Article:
Iraq condemns eighth French Daesh member to death

Men walk out of Baghdad's Karkh main appeals court building in the western sector of the Iraqi capital on May 29, 2019 where French militants accused of belonging to tDaesh are being tried. (AFP)
Updated 02 June 2019
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Iraq condemns eighth French Daesh member to death

  • 11 French citizens and a Tunisian handed over to Iraqi authorities early this year by a US-backed force in Syria
  • France has long insisted its adult citizens captured in Iraq or Syria must face trial before local courts

BAGHDAD: An Iraqi court on Sunday sentenced to death an eighth Frenchman for joining the Daesh group, rejecting his claims he was tortured into confessing.
Fodil Tahar Aouidate, 32, first appeared in court on May 27 but a judge delayed his trial to allow for a medical examination.
“The medical report shows that there are no signs of torture on his body,” the judge told the court.
Aouidate showed no reaction when the judge handed down his death sentence, according to an AFP journalist at the trial.
He was one of 11 French citizens and a Tunisian handed over to Iraqi authorities early this year by a US-backed force in Syria which expelled the militant group from its last bastion.
A Baghdad court had already handed capital punishments to seven of the French militant and the Tunisian over the past week and Aouidate will now join them on death row.
Interrogated for four months, Aouidate alleged he was beaten to “confess” to the charges levelled against him.
During his first hearing he showed marks on his back to the judge, who requested a medical examination and report.
Human Rights Watch on Friday accused Iraqi interrogators of “using a range of torture techniques” and condemned France’s “outsourcing” of trials of Daesh suspects to “abusive justice systems.”
France has long insisted its adult citizens captured in Iraq or Syria must face trial before local courts, while stressing its opposition to capital punishment.
Iraqi law provides for the death penalty for anyone joining a “terrorist group” — even those who did not take up arms.
Aouidate first went to Syria in 2013 and returned in 2014 with 22 members of his family to join Daesh, according to the French judiciary.
Authorities also linked him to Belgium’s Salafist movement including Abdelhamid Abaaoud, the presumed mastermind of the 2015 Paris attacks.
France convicted two of Aouidate’s sisters for “financing terrorism” for sending 15,000 euros to relatives in Syria.


Iraqi forces launch anti-Daesh operation north of Baghdad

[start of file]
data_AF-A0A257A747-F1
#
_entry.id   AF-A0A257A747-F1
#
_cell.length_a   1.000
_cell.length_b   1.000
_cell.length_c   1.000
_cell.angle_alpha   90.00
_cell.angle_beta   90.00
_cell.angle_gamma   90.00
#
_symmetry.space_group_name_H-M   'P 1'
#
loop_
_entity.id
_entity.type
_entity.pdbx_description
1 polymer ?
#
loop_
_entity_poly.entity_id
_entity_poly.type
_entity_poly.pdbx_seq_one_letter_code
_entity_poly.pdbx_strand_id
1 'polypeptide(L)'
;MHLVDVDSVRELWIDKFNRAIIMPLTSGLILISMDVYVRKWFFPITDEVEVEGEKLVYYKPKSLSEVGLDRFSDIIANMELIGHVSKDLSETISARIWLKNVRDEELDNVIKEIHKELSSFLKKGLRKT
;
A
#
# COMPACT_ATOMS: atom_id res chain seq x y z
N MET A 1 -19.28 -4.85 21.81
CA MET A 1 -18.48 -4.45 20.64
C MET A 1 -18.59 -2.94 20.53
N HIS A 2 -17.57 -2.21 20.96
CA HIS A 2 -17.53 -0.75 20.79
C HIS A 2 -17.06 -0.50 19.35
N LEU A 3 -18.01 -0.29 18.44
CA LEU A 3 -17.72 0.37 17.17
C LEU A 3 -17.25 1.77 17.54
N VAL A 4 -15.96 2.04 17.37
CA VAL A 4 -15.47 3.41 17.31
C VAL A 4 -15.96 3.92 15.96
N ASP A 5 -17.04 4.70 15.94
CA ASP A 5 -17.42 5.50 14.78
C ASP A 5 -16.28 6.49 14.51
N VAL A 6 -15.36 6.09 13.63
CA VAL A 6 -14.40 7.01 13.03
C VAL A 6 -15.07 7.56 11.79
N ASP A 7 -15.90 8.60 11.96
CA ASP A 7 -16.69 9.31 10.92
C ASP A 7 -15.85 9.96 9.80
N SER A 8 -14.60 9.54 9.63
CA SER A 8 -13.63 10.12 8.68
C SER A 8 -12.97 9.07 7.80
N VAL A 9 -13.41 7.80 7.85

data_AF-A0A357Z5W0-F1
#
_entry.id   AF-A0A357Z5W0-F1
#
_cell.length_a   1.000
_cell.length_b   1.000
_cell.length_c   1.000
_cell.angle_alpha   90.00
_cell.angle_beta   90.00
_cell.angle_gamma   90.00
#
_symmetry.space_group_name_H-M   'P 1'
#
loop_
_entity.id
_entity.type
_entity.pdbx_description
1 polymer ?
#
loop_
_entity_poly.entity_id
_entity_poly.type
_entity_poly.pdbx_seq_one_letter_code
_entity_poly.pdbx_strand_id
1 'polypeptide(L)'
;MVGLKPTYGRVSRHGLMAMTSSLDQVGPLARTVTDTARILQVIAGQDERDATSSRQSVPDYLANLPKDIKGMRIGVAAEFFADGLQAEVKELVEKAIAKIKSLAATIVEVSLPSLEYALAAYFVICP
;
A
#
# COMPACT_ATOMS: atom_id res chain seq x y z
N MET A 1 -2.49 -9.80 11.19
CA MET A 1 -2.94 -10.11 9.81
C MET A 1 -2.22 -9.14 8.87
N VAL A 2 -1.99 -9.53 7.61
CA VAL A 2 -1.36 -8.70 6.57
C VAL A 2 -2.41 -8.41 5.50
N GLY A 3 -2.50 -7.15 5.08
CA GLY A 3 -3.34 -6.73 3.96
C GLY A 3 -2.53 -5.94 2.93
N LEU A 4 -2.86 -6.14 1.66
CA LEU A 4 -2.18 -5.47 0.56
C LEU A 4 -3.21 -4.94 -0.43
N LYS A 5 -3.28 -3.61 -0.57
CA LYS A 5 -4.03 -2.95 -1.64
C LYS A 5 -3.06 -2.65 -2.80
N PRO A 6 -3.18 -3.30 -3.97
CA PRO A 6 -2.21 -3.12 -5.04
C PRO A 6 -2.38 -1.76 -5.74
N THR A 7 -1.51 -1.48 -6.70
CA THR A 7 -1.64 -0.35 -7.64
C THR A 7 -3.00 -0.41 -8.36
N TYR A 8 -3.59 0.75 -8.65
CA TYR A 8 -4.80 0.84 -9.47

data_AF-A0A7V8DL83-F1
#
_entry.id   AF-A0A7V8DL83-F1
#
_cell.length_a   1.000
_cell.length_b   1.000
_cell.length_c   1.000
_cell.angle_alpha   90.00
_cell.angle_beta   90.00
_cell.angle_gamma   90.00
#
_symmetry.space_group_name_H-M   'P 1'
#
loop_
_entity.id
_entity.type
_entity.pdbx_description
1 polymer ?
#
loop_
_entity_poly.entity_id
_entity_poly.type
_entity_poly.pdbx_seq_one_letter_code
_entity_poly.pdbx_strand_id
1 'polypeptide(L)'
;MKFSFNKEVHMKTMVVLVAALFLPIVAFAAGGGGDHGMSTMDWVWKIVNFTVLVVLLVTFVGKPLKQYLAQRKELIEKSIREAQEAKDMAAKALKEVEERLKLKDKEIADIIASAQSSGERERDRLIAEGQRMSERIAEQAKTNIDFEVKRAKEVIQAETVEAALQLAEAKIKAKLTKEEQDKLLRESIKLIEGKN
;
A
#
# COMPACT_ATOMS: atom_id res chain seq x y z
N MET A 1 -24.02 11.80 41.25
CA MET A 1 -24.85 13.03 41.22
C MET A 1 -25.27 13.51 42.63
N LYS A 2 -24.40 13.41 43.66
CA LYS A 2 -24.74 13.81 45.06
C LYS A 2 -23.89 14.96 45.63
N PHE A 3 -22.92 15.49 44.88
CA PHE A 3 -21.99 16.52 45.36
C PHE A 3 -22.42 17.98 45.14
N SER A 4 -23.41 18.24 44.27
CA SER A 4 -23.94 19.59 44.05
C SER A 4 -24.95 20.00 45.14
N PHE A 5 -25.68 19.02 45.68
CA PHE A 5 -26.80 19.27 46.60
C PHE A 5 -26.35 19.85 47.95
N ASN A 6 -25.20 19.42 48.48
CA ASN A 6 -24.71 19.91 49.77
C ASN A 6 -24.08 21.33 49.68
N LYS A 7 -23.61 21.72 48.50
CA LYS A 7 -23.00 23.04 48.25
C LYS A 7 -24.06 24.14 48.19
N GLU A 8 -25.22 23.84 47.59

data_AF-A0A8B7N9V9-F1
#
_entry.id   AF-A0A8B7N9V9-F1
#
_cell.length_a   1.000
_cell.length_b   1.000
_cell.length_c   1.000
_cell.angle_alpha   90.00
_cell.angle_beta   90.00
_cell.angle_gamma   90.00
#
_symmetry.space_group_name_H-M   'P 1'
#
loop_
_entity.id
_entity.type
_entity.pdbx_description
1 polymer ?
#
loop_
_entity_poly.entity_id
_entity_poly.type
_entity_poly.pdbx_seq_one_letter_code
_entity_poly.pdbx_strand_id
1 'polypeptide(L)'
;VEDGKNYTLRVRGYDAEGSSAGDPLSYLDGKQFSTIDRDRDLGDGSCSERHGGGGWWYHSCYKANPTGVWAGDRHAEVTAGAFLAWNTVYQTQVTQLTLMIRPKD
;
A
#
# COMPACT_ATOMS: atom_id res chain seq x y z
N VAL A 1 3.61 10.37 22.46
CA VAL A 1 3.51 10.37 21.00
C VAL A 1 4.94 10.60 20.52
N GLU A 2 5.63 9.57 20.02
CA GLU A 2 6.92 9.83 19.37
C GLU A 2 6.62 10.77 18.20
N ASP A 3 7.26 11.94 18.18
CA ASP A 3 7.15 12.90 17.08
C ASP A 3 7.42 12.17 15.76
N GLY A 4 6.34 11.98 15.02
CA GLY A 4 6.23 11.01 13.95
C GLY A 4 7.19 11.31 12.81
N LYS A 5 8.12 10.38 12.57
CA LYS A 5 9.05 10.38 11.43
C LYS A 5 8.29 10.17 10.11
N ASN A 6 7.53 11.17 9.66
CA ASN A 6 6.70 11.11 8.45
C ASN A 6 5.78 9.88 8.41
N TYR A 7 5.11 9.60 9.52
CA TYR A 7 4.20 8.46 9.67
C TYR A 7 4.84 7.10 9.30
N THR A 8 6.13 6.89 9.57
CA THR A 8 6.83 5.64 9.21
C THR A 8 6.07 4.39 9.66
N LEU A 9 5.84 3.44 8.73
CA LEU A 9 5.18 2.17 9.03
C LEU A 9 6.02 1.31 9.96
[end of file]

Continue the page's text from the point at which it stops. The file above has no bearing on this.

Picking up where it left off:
Updated 23 min 41 sec ago
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Iraqi forces launch anti-Daesh operation north of Baghdad

  • The mainly Shiite PMF have been an effective force against Daesh
  • This is the second phase of the operation dubbed “Will to Victory”

BAGHDAD: Iraq’s military said Saturday its troops in partnership with security agencies and paramilitary forces launched the second phase of an operation aimed at clearing remnants of the Daesh group from north of Baghdad and surrounding areas.
This is the second phase of the operation dubbed “Will to Victory,” which started two weeks earlier and targeted the area along the border with Syria. The military said the new target area is north of Baghdad and in the Diyala, Salahuddin and Anbar provinces.
Although Iraq declared victory against Daesh in July 2017, the extremists have turned into an insurgency and continue to carry out deadly attacks in the country.
The military said Iraqi troops, Iran-backed Popular Mobilization Forces, the federal police and others are taking part in the operation supported by the Iraqis and the U.S-led international coalition.
On Saturday, Iraq’s Prime Minister Adel Abdul-Mahdi visited the operation room alongside the deputy head of the PMF, Abu Mahdi Al-Muhandis.
Earlier this month, the Iraqi government moved to place the Iranian-backed militias under the command of the armed forces. The move was believed to be an attempt to curb the powerful militias, particularly amid rising tension between Iran and the US, the power brokers in Iraq.
The mainly Shiite PMF have been an effective force against Daesh and are a significant political force, with government ministers and 48 seats in the 329-member parliament.